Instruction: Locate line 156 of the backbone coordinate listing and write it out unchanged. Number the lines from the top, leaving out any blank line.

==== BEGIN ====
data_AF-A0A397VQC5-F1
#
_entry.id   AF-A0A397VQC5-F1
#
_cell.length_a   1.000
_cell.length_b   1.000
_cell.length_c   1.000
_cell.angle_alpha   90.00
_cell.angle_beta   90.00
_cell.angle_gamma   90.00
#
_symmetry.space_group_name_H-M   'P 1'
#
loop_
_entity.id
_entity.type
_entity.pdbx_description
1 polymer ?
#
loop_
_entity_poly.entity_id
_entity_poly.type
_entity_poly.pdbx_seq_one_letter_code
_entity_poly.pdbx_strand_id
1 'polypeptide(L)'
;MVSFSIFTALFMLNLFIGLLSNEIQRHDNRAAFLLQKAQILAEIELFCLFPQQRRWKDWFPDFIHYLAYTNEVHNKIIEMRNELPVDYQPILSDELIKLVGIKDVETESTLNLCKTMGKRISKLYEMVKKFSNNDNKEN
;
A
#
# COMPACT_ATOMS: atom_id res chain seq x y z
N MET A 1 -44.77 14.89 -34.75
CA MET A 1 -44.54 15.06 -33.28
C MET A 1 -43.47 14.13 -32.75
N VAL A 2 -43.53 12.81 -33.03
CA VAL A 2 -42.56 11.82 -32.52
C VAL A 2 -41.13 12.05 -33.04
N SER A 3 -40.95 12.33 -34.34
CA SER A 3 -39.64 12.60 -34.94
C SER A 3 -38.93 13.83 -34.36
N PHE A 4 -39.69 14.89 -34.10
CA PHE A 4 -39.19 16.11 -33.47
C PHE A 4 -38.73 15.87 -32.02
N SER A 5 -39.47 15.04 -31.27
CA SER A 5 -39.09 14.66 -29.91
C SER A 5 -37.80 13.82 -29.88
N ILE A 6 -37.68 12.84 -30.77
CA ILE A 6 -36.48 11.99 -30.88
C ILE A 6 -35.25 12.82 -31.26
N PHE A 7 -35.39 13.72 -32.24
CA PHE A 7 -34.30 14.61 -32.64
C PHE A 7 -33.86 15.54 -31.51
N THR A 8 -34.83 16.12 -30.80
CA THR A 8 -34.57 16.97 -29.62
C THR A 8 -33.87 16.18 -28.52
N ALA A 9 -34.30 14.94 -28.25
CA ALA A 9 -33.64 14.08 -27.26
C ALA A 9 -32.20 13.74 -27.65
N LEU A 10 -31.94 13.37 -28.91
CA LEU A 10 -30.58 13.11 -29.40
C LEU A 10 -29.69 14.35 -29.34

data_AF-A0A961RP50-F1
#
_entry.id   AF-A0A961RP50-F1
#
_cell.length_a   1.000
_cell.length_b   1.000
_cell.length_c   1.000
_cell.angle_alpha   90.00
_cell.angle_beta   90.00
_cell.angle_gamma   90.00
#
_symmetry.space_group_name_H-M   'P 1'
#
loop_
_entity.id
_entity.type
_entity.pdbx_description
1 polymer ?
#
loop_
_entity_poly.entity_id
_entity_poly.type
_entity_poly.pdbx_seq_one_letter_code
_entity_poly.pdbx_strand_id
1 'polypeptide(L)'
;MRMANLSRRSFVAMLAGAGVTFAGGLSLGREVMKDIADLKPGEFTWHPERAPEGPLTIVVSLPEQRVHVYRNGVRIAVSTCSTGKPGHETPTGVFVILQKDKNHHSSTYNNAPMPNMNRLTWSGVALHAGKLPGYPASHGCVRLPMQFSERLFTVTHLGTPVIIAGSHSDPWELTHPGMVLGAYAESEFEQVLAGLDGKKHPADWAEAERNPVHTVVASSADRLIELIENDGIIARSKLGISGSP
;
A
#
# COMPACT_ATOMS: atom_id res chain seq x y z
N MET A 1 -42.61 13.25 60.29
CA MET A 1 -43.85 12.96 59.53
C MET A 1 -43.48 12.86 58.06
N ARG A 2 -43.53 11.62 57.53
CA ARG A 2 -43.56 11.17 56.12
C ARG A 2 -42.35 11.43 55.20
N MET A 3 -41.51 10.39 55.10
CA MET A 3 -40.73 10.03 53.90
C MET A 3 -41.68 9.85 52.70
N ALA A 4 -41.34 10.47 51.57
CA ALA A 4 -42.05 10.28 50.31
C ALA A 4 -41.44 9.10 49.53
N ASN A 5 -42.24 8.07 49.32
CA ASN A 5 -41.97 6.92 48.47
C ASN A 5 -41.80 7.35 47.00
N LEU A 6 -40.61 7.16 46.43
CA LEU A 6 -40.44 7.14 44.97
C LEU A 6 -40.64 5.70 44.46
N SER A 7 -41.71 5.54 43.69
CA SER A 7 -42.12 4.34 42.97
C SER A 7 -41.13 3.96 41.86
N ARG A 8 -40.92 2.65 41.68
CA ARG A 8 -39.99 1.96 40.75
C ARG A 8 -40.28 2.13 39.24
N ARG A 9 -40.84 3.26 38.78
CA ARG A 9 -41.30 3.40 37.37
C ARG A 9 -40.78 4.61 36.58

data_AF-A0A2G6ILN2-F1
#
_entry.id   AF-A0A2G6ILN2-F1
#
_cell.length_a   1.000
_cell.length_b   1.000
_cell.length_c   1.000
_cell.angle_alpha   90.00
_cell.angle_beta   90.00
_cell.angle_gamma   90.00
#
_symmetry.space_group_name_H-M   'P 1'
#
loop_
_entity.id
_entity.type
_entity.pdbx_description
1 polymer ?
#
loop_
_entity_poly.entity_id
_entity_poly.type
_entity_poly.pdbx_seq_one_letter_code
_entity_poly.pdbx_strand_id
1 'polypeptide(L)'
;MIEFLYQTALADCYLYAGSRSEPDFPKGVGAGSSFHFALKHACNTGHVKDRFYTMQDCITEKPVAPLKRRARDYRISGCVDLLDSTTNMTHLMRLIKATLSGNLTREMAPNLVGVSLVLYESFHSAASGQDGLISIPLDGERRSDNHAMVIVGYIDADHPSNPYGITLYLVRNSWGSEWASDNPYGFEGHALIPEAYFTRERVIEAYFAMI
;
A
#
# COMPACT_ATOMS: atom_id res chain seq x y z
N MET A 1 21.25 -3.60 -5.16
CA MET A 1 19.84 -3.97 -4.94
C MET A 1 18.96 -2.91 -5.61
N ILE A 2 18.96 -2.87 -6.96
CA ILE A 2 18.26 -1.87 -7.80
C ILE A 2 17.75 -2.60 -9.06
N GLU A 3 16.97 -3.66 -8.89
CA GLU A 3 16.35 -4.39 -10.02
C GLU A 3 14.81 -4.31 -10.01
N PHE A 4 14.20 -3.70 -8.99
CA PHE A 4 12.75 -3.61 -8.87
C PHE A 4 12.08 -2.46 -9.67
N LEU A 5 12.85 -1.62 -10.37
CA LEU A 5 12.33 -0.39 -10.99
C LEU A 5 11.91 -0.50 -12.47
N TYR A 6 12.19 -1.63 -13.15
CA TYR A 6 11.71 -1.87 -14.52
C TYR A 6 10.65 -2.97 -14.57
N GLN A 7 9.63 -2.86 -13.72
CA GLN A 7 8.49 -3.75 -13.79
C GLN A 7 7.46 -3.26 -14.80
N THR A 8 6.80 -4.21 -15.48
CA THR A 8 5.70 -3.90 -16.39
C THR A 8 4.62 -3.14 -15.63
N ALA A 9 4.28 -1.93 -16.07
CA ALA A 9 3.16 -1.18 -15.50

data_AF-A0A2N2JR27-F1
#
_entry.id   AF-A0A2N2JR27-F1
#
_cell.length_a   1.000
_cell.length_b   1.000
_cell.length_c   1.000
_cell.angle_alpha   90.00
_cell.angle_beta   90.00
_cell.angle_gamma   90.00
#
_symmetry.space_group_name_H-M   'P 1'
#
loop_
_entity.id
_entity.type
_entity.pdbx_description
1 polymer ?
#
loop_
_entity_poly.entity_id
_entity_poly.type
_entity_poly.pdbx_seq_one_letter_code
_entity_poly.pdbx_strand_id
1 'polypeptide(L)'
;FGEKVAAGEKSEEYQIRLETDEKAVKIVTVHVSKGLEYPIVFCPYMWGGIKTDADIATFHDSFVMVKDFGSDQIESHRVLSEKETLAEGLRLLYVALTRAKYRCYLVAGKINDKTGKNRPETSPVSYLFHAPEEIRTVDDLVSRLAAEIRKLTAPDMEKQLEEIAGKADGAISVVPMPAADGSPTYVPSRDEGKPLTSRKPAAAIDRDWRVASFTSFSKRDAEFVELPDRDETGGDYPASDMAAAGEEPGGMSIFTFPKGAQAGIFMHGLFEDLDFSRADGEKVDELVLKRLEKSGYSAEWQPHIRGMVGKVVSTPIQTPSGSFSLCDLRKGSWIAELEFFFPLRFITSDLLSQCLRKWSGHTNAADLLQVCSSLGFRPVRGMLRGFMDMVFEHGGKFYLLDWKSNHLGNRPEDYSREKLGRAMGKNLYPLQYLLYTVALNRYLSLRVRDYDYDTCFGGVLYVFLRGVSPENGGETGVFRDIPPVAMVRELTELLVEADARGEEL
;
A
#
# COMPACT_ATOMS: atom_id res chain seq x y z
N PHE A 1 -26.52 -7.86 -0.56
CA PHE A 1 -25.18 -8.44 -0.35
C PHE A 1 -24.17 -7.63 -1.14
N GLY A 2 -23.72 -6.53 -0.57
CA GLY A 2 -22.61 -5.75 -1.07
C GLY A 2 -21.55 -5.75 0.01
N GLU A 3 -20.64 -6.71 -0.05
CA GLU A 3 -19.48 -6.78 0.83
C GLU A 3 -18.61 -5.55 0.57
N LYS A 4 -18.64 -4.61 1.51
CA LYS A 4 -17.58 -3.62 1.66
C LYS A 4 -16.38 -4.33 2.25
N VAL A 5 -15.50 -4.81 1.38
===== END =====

C GLU A 3 14.81 -4.31 -10.01